Is the housing market still a seller's market, or is it finally showing signs of slowing down? And what could the changing market conditions, if this profound shift is happening, mean for you as a seller?
Leading real estate professionals have been predicting that the seemingly endless growth in home prices, coupled with an unprecedented shortage of home listings, wouldn't last forever. Several factors suggest that the pivotal moment for housing markets across the country is at least around the corner.
As a seller, you may have been waiting for the best possible time to sell your home, or you weren't ready to sell until now due to personal circumstances. But have you missed your window to sell your home in the post-pandemic seller's market? Here's how you should navigate the changing market conditions if you are listing your home for sale and what an experienced real estate agent can do to help.
New construction numbers increase, but will that correspond to a price fall?
May has seen the most significant influx of new homes since June 2019. But does an increase in the number of new listings correspond with an end of the supply-demand gap fueling the unprecedented housing market growth over the past couple of years? There is some indication that the long decline in new instructions, which began skewing the market in sellers' favor even before the pandemic started in 2020, is finally coming to an end.
Not quite. If we look at the figures a little closer, we'll see that while the supply end of the housing market chain is slowly recovering, it's still nowhere near the levels of 2017-2019. For context, the number of active sale listings is still less than half pre-pandemic levels. So, purely looking at the supply-demand ratio, it's got a long way to go to becoming as saturated with available homes as it was in 2017. We're still very much in a seller's market. It's also worth noting that summer is peak time for new instructions. The spike in new homes on the market won't necessarily translate into an annual trend. So far, the number of new listings has grown by only eight percent year on year.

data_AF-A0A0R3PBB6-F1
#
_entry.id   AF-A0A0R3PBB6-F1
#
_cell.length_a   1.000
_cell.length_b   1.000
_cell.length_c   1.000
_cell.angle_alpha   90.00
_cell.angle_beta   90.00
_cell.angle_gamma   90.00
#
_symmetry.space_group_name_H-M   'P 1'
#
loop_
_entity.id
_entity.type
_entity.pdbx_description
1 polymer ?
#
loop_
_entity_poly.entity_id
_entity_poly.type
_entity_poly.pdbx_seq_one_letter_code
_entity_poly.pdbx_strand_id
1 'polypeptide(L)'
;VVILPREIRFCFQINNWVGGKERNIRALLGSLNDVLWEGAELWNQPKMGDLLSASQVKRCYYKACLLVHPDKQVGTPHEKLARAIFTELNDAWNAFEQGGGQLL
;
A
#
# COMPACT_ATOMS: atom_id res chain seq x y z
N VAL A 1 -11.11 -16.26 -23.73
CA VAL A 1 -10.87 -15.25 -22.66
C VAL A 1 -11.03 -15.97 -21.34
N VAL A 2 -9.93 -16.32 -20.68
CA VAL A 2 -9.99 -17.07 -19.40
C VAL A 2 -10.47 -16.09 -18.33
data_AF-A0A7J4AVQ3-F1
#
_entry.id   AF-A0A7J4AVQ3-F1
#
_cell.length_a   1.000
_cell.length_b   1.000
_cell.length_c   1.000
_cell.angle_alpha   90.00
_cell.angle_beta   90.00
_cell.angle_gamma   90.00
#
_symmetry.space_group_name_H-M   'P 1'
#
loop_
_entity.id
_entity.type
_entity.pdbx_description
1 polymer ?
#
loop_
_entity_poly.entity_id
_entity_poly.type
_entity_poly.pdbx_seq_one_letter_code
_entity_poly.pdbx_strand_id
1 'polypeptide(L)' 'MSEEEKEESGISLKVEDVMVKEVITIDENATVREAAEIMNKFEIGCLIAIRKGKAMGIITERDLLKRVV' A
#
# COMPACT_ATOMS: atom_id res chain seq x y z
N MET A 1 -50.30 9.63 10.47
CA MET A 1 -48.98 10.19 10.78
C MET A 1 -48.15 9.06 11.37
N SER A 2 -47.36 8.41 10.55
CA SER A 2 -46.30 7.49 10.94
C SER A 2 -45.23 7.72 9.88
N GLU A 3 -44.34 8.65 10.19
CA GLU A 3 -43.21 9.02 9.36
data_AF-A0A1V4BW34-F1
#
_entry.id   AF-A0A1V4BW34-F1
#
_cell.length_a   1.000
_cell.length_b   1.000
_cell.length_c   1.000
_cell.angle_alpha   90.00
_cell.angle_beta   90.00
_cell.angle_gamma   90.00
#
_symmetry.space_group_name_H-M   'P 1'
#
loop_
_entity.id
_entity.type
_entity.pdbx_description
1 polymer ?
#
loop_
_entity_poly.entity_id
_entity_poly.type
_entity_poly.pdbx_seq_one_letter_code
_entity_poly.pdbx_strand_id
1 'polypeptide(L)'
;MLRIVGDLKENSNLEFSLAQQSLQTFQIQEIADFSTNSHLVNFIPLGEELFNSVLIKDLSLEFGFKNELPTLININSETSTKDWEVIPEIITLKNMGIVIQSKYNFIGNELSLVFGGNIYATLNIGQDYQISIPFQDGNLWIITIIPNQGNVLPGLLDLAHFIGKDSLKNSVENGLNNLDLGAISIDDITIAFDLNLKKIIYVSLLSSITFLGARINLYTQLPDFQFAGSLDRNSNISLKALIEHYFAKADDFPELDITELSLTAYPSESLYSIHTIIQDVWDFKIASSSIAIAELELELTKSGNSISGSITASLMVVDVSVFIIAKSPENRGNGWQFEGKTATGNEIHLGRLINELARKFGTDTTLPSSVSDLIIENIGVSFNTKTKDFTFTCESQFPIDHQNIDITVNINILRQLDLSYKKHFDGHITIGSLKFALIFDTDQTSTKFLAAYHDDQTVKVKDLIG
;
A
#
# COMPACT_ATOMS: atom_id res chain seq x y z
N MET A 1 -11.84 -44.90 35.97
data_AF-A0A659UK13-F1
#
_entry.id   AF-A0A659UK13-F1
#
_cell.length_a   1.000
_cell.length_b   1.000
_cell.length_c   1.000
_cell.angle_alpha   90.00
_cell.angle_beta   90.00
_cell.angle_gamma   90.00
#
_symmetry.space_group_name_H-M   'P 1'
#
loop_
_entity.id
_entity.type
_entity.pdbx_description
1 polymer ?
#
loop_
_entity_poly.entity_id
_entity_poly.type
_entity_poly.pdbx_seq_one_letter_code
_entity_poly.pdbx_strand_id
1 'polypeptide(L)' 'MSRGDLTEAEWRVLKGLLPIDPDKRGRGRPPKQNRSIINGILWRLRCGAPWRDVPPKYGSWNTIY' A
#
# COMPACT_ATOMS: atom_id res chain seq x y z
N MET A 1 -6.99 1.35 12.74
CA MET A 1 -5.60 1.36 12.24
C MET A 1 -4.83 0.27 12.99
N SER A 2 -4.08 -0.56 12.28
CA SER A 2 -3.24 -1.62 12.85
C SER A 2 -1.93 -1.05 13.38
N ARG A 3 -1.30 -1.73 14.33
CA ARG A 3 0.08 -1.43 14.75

As for home prices, they are still rising, at least for the time being. As interest rates rise, the number of eligible home buyers will inevitably reduce. The aspiration toward home ownership remains so strong that what we're seeing now is what Matt Vernon, head of retail lending at Bank of America, has seen as an aggressive' market. This is where higher rates push buyers into the market to secure a home before any further rate hikes.
The result? Homes listed for sale are still not staying on the market very long, and home prices are continuing to climb. You may not get as many offers as a seller on the day your listing goes live as last year. Still, homes are not failing to sell, and they're going fast—within a month of being listed on average.
Local context is always king
Median home prices and nationwide trends always need local, regional nuance to understand how changing market conditions will affect you personally. One thing worth noting is that, right now, large metropolitan areas are recovering significantly from the relative lack of interest during the pandemic. This has created migratory patterns from expensive coastal and urban areas into medium-sized metropoles and suburban areas.
The other trend you should be aware of a seller is that interest rate increases will inevitably hit the lower tiers of the market hardest, meaning that first-time buyers will find it the most difficult to qualify for a mortgage. If you are about to sell a higher-tier family home, you have less to worry about than if your prospective buyer is a first-time homeowner.
But even within the first-time buyer market segment, regional variations will play a key role. This is where a real estate agent with in-depth local knowledge becomes valuable. A real estate agent with experience in your particular type of home in the area where you're planning to sell will have seen it all. They will know precisely who and how to market your home to, ensuring it sells at the best possible price within a desirable timeframe.